Questions often arise regarding a corporation's duty to society, with the related issue of a board of directors' responsibility in seeing that such duty is properly carried out. Many large (and not-so-large) companies have embraced a measure of responsibility for social needs, based in part on the premise that the corporation owes its existence to the state, or society, and consequently should be a good citizen. There's no question that companies must comply with applicable laws and regulations, but the issue is to what extent it is required to go beyond those mandates.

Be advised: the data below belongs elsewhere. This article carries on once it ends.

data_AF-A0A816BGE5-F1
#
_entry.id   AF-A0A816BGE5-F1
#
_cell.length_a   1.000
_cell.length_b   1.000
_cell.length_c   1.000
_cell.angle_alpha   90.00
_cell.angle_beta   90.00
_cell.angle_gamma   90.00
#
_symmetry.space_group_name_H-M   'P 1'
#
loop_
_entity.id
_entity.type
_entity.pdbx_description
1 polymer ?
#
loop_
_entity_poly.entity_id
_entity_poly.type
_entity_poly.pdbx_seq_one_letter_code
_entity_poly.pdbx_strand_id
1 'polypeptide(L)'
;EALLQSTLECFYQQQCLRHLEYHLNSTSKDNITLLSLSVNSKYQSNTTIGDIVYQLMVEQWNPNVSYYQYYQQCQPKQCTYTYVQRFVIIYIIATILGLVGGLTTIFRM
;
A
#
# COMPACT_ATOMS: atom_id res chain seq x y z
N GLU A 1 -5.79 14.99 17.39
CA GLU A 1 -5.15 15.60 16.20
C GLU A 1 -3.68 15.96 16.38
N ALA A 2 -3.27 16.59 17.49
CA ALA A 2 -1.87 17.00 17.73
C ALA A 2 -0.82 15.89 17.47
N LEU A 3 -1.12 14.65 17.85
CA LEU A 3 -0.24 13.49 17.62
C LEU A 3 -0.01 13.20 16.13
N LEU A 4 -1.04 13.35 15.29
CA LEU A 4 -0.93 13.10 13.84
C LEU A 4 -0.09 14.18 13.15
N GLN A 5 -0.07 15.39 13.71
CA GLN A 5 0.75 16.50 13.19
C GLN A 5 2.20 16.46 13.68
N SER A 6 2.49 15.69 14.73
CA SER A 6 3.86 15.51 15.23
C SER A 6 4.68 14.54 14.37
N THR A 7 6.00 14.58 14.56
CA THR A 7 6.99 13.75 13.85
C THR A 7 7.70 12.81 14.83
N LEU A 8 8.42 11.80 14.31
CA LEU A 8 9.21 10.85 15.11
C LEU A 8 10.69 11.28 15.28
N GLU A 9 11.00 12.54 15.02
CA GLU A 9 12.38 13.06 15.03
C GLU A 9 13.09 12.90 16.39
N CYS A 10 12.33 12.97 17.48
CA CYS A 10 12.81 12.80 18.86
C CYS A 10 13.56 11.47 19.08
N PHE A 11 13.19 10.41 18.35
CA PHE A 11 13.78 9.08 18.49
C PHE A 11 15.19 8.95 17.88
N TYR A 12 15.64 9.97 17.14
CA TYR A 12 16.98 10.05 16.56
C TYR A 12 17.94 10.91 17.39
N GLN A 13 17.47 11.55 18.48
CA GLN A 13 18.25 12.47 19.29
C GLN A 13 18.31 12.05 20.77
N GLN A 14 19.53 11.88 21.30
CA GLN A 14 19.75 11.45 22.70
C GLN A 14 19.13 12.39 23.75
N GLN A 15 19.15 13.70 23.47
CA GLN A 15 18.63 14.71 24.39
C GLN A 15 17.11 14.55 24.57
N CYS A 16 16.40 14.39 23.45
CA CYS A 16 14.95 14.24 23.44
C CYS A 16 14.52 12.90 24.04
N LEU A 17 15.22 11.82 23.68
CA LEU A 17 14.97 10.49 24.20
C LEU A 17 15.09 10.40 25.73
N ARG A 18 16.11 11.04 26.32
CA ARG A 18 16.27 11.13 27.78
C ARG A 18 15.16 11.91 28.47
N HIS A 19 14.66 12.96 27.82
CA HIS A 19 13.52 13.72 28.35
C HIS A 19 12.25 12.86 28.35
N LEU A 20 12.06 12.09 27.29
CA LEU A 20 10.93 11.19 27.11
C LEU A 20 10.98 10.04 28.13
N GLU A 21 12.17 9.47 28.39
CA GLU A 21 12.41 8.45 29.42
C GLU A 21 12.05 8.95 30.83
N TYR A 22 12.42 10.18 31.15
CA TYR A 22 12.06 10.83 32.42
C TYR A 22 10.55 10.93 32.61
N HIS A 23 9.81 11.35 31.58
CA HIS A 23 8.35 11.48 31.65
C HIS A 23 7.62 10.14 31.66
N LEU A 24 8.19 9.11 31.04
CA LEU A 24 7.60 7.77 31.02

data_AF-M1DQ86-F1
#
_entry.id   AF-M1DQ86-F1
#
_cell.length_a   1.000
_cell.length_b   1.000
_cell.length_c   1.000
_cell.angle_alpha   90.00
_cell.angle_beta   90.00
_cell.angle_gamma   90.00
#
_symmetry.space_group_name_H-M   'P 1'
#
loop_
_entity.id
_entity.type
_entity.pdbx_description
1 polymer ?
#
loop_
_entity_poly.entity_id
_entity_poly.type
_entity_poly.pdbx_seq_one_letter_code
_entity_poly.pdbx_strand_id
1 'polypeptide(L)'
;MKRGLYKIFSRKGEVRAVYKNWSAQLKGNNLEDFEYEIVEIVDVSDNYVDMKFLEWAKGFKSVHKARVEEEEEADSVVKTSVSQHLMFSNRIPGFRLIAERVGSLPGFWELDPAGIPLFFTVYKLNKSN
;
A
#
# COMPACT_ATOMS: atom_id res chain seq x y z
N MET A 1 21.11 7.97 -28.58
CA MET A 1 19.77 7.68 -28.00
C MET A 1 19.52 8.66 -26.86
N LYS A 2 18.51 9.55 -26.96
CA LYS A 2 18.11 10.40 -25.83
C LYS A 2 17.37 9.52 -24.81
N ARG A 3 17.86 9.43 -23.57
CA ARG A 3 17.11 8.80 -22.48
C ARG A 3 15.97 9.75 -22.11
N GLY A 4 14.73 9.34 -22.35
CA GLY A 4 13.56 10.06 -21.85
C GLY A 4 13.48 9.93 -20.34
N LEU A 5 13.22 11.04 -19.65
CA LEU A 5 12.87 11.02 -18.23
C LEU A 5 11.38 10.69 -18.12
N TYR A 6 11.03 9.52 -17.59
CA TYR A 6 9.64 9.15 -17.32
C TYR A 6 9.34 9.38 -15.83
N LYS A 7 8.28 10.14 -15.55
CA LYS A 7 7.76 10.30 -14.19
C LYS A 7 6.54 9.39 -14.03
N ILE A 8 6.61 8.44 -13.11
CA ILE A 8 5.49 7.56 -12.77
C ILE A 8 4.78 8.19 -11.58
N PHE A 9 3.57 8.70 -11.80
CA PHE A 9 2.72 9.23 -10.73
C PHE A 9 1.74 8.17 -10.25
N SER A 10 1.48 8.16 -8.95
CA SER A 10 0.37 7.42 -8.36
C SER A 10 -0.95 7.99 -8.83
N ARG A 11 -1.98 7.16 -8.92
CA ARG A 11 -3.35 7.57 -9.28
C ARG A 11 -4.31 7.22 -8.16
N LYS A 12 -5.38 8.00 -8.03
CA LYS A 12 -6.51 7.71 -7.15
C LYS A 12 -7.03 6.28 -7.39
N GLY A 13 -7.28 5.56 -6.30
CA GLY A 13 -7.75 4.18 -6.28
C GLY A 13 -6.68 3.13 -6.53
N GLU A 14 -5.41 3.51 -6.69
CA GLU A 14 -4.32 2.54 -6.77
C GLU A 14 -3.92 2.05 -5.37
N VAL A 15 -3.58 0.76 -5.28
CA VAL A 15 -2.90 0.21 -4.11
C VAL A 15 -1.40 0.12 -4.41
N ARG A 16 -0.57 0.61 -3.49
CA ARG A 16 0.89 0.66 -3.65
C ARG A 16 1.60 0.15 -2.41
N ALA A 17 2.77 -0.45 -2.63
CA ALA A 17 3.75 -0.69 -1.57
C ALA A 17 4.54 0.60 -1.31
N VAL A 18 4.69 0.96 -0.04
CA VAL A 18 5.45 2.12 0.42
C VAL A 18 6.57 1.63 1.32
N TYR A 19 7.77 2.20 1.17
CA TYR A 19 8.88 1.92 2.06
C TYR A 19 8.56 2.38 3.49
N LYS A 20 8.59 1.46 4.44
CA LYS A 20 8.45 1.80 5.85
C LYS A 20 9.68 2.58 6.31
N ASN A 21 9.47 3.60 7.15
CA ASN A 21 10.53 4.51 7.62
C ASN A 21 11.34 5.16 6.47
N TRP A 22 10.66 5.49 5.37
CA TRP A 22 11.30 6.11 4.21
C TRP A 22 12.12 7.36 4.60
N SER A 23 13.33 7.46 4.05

Corporate social responsibility typically begins with a focus on such things as economic, environmental, and social matters, and can extend to a wide range of corporate actions. Certainly a significant number of companies have long given attention to these matters, with an increase in recent years. There are different perspectives on the broad topic of corporate social responsibility—especially when comparing viewpoints in other parts of the world. Let's look at one subset that can be used to better understand what a company's and board's responsibilities are with regard to a broader societal role.
Many companies contribute to worthwhile charitable causes. Certainly this can be viewed as highly commendable. Betsy Atkins, with whom I shared the podium some years back and have from time to time since been in contact with, and whom I respect as an experienced and enlightened ...